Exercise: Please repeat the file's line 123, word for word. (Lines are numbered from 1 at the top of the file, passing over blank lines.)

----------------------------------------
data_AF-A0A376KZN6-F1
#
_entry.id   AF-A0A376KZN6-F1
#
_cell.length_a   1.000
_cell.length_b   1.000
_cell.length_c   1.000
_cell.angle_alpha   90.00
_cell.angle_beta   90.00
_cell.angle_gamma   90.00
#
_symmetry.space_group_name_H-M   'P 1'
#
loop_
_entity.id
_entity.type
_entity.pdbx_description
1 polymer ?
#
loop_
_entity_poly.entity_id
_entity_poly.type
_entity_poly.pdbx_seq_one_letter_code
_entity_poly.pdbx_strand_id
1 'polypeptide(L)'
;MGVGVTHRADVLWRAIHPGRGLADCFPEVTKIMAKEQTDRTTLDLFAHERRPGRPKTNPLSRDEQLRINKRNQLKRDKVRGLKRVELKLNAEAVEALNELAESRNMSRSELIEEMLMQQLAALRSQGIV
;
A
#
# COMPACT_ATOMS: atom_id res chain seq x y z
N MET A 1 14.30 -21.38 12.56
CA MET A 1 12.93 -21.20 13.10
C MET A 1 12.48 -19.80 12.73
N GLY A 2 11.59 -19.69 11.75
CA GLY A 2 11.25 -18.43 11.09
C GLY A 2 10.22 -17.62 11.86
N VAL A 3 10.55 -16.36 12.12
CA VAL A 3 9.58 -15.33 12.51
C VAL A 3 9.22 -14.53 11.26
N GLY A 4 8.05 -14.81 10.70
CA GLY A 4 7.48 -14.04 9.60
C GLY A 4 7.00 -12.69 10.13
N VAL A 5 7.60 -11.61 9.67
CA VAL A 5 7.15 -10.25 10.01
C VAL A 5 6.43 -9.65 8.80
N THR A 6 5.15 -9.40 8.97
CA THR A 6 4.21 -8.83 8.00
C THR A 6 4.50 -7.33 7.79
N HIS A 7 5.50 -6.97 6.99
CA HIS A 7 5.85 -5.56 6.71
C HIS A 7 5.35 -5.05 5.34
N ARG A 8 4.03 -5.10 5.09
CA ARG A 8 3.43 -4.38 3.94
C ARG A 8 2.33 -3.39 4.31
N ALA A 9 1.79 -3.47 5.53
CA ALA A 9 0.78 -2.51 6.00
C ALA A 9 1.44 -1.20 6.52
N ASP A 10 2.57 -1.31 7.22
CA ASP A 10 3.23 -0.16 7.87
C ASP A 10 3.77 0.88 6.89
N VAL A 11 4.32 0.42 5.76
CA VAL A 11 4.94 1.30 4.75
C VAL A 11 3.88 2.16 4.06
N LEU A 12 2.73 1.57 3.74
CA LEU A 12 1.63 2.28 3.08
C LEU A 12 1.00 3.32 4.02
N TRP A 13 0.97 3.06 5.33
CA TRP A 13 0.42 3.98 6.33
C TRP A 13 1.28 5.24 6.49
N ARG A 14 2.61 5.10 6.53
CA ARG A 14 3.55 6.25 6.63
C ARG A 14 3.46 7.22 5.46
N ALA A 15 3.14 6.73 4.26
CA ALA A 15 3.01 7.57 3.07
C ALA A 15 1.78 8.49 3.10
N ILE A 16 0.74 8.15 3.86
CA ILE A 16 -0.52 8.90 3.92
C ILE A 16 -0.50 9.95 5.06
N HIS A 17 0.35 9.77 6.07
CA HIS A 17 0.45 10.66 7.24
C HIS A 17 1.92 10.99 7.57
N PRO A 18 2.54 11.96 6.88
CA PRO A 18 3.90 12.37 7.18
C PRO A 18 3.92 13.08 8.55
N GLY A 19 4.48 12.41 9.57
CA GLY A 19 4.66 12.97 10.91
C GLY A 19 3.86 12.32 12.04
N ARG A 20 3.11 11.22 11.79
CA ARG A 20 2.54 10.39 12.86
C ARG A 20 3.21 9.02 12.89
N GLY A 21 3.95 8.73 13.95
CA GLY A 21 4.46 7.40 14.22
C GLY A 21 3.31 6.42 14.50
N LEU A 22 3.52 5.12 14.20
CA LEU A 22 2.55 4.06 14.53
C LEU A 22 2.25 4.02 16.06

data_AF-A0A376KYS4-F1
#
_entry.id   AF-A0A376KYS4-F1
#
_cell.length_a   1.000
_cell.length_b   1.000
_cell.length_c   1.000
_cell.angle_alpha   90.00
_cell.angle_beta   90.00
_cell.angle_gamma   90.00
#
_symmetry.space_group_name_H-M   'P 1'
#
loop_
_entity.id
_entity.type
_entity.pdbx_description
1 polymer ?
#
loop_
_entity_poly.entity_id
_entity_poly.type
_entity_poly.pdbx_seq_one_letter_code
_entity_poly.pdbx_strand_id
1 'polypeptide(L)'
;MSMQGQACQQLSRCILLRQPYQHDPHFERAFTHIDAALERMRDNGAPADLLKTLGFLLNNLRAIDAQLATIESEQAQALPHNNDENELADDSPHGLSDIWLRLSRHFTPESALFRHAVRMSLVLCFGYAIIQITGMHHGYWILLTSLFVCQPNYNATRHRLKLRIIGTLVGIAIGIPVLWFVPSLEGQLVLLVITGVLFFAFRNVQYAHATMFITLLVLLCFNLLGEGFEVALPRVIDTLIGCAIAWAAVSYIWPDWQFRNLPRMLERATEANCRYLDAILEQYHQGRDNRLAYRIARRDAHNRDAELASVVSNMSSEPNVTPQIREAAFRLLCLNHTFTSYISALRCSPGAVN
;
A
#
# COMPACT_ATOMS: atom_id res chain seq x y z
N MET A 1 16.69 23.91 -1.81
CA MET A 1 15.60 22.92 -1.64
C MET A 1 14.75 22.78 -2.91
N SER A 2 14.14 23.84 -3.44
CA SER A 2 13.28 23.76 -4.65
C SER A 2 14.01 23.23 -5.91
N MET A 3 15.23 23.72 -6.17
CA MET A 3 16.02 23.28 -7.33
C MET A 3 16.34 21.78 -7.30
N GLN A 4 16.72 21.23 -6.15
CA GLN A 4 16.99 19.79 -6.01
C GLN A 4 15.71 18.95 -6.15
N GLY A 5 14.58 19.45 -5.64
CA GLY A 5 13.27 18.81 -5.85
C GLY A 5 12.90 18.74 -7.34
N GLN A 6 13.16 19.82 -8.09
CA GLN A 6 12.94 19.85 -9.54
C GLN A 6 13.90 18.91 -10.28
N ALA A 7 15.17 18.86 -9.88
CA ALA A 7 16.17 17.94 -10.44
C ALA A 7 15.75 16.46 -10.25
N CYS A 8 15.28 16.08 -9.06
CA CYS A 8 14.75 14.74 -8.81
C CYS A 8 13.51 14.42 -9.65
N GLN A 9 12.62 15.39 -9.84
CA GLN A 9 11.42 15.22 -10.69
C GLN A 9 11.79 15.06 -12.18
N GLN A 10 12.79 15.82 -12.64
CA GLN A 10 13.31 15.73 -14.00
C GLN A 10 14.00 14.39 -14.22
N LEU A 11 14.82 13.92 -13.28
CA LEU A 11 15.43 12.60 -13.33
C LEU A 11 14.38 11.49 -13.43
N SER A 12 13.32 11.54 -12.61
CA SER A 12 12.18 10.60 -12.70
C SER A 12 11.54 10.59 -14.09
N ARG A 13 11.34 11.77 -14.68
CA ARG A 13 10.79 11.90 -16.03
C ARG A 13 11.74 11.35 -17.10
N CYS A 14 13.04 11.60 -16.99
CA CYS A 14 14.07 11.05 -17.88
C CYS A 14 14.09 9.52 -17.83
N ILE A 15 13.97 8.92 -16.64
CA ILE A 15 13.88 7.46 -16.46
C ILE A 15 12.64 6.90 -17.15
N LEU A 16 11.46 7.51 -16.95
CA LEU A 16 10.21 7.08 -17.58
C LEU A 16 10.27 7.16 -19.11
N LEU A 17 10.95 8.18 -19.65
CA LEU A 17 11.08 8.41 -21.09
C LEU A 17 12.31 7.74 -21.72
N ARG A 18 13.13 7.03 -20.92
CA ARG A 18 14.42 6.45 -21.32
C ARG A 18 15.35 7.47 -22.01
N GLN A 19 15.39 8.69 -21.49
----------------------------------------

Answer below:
;